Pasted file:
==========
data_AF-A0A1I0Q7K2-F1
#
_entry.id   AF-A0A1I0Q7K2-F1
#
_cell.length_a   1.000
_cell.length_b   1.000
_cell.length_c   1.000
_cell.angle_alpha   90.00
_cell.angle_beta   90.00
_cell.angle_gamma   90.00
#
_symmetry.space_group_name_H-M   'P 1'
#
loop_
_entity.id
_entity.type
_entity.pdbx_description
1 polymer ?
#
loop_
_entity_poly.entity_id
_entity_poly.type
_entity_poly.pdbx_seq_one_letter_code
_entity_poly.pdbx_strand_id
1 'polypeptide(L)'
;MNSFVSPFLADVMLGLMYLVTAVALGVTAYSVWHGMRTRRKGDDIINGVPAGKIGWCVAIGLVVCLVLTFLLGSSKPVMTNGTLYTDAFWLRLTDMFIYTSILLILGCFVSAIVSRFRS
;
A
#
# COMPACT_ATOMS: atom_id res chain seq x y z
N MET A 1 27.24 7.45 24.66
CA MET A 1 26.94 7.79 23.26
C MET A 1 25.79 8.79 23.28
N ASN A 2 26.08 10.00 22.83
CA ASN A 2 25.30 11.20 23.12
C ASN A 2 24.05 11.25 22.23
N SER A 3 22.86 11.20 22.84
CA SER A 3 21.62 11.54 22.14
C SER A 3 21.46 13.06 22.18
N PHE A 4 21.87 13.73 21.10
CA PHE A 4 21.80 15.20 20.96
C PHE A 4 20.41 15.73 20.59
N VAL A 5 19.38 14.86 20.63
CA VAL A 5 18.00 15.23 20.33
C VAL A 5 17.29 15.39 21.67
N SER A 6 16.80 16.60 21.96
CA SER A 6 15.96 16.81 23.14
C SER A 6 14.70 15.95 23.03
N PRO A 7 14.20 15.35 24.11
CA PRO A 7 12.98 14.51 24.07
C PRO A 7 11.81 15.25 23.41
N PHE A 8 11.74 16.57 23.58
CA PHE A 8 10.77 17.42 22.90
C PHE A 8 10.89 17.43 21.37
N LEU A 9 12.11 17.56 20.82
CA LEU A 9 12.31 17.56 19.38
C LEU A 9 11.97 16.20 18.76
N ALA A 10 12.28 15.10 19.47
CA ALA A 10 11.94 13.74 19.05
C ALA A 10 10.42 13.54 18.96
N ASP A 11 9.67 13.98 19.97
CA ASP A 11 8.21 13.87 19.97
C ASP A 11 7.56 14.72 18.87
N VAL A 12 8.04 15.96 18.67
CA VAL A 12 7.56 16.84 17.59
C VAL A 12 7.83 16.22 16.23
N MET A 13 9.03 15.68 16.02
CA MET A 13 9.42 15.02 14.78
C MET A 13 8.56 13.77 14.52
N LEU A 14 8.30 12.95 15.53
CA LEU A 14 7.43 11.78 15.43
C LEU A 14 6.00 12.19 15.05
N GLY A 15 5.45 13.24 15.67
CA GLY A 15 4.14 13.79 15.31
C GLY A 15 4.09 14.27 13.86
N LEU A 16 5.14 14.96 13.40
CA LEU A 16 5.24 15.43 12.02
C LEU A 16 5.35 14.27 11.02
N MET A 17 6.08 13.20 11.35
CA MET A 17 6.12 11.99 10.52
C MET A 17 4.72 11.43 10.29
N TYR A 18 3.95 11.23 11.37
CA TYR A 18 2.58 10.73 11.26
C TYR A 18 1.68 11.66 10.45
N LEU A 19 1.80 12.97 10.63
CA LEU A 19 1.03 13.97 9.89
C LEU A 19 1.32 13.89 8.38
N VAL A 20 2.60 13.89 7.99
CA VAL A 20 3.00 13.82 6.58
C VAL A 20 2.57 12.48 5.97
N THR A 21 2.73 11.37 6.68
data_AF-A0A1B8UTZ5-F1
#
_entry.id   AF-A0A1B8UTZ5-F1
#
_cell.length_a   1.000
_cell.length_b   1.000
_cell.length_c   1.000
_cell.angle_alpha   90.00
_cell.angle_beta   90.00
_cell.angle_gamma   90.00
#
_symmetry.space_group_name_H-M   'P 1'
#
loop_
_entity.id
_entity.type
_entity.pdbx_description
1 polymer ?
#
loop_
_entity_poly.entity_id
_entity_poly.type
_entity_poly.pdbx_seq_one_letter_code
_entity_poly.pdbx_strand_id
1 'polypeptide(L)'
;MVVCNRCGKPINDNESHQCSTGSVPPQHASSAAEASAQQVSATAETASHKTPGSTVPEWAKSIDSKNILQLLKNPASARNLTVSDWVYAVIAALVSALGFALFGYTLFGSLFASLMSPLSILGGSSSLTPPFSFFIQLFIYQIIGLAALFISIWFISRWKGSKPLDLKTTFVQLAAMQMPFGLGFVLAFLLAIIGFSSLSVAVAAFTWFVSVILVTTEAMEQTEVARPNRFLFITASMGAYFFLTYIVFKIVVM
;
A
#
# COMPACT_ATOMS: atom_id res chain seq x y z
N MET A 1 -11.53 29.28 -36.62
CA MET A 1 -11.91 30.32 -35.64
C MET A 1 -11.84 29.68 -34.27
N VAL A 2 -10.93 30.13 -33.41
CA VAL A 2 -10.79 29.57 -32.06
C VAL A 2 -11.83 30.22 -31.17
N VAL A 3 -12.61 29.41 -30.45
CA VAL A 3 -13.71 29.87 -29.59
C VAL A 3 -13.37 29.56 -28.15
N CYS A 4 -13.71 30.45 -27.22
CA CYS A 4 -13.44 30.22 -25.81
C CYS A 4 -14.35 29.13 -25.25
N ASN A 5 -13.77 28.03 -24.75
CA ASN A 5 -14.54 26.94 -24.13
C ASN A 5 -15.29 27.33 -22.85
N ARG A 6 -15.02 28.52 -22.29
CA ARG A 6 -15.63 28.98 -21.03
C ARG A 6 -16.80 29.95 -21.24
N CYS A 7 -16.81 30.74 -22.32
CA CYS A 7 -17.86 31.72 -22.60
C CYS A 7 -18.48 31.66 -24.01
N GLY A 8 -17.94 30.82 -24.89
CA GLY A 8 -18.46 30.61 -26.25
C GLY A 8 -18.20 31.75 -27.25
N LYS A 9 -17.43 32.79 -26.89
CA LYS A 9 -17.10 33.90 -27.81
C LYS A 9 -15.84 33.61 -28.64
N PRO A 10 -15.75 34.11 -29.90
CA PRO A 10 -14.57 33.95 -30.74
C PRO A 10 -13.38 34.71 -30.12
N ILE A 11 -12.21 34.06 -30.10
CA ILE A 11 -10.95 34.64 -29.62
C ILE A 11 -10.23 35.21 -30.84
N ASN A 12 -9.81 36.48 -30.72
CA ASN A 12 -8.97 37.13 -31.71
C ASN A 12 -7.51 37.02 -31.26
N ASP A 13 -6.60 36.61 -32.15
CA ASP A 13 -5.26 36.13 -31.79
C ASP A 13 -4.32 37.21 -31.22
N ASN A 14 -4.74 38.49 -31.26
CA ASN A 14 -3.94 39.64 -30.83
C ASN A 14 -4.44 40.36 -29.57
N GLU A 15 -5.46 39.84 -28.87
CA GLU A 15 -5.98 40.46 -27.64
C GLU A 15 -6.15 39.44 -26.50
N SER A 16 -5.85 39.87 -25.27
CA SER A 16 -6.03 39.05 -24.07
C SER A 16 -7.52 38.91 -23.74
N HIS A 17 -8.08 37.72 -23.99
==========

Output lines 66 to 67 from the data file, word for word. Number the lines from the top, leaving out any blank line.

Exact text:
C VAL A 12 7.83 16.22 16.23
N MET A 13 9.03 15.68 16.02